By SUSAN HAIGH, Associated Press
HARTFORD, Conn. (AP) _ Gov. Dannel P. Malloy’s proposal to give nonviolent criminal offenders more opportunities to reintegrate into society received mostly positive reviews Friday from state legislators, who are being asked to reclassify drug possession as a misdemeanor instead of a felony.
But Chief State’s Attorney Kevin Kane urged lawmakers to think twice about making such a change, suggesting the General Assembly instead focus on improving programs for first-time drug offenders as a way to ultimately reduce the number of people who later commit more crimes and get caught up in the court system.
“We’ve got to step back and look at the system in context,” Kane told the Judiciary Committee, which held a public hearing Friday on Malloy’s “second chance society” legislation.
While some committee members expressed concerns with the bill, it appeared bipartisan support is growing for the idea of shifting state resources to reducing violent crime and helping non-violent offenders reintegrate into society. Several key Republicans, including GOP Senate leader Leonard Fasano, said they agree with providing more drug treatment to non-violent drug offenders rather than putting them behind bars.
“We’re tough on crime but we’re smart on crime,” said Sen. John Kissel, the committee’s highest-ranking Republican.
“And we believe in redemption and well over 90 percent of the folks, if you give them the tools, they can turn their lives around.”
The Democratic governor’s proposal would reclassify the possession of all drugs _ whether it’s marijuana or heroin _ as a misdemeanor. The lower penalty would apply to repeat arrests. Current laws concerning possession of drugs with the intent to sell would remain intact. Malloy’s bill also would eliminate mandatory sentences for drug possession while continuing to give judges the discretion to impose sentences based on circumstances of a case.
Karen Buffkin, Malloy’s legal counsel, said treating crimes such as simple drug possession as a felony have led to “swollen prisons, as well as broken families and communities.”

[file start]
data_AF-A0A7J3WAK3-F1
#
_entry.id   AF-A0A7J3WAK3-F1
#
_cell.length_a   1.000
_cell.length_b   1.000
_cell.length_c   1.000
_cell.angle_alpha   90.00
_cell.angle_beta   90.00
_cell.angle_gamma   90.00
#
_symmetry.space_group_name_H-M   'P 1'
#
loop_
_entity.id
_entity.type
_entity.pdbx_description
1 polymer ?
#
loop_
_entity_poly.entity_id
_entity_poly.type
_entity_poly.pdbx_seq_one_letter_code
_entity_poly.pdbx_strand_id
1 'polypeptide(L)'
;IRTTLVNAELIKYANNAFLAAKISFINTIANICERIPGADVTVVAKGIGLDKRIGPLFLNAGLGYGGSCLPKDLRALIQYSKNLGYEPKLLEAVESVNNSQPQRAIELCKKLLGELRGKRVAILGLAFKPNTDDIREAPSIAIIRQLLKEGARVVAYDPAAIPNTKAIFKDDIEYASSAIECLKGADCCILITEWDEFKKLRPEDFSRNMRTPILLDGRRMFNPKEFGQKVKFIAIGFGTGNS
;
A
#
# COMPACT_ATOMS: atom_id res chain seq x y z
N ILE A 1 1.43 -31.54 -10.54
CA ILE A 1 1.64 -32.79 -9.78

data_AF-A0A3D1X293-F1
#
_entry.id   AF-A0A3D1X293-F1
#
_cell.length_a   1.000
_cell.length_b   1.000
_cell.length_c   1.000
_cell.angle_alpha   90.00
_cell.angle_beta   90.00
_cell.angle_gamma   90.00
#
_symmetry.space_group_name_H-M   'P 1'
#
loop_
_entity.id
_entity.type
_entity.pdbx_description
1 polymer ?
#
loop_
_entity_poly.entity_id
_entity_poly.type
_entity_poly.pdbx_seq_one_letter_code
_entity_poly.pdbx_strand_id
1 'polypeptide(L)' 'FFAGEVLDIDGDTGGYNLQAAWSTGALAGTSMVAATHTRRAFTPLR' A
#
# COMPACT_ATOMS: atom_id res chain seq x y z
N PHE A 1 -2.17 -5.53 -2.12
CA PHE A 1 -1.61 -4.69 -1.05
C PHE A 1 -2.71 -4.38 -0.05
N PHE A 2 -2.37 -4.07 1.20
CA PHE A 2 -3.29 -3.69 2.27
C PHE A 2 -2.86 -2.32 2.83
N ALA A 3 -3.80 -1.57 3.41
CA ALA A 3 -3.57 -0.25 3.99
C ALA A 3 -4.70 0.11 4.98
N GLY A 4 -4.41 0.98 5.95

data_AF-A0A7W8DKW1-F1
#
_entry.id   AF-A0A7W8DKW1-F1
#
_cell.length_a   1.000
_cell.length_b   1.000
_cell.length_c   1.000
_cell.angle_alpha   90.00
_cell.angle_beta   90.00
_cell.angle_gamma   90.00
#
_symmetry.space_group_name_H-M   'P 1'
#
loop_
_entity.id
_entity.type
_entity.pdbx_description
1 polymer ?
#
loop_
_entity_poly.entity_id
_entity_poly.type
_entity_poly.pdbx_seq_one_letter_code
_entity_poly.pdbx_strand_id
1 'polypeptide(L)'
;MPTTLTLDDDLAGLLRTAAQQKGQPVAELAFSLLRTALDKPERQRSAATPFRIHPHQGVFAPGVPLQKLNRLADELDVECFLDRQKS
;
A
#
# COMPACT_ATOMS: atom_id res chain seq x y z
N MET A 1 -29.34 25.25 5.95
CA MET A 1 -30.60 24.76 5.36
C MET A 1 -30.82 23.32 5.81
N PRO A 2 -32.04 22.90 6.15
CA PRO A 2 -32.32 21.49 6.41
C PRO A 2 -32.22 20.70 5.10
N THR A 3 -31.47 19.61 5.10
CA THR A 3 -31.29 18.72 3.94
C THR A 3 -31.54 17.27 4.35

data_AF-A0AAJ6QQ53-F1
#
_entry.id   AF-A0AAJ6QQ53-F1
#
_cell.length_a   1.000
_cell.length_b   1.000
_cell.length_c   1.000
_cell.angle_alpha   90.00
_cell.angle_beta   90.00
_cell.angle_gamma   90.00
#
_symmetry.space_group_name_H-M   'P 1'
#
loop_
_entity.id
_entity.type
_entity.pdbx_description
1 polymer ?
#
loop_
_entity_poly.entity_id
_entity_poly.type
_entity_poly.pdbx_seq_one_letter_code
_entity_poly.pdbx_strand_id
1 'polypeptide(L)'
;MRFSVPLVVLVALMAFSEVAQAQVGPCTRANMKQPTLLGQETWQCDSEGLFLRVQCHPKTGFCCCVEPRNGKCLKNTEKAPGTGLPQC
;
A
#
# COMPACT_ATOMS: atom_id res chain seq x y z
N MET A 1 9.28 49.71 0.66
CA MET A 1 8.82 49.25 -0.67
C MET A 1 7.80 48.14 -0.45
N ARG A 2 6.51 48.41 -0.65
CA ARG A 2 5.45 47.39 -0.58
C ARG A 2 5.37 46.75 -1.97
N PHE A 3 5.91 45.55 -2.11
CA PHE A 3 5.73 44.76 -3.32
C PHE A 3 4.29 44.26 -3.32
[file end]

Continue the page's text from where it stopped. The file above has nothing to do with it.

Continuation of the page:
Malloy’s administration said 483 people as of Thursday were locked up for possession of narcotics. But Kane questioned that figure, saying it’s very rare for someone to be in prison for only the possession of narcotics. He said it’s more likely those inmates had a more serious, original charge that was reduced to possession.
Kane said people who commit crimes, including possession of illegal drugs, are given multiple chances to redeem themselves through the state’s various diversionary programs. He said the legislature should look more closely at why those programs apparently aren’t working for many people instead of changing the classification of crimes. He said there are many people who offend over and over again, even after participating in the programs.
“We see them coming back again and we know who they are when we see their names on the docket,” he told lawmakers.
Malloy’s proposal also would create an expedited parole review to reduce the backlog of people waiting for their cases to be heard. Buffkin said too often low-risk, non-violent offenders sit in prison longer than intended because the state’s Board of Pardons and Paroles cannot hear their cases in a timely manner. She said there’s a large group of people who are eligible for parole after serving 50 percent of their sentenced but don’t have a hearing until they’ve served close to 65 percent of the sentence.
Kane’s office objected to parts of the bill that would give the board the right to grant pardons, without holding a hearing, to people convicted of all nonviolent crimes if the victim does not object. In written testimony, the office said the change would include a number of serious crimes that are not considered violent, such as importing child pornography or voyeurism.
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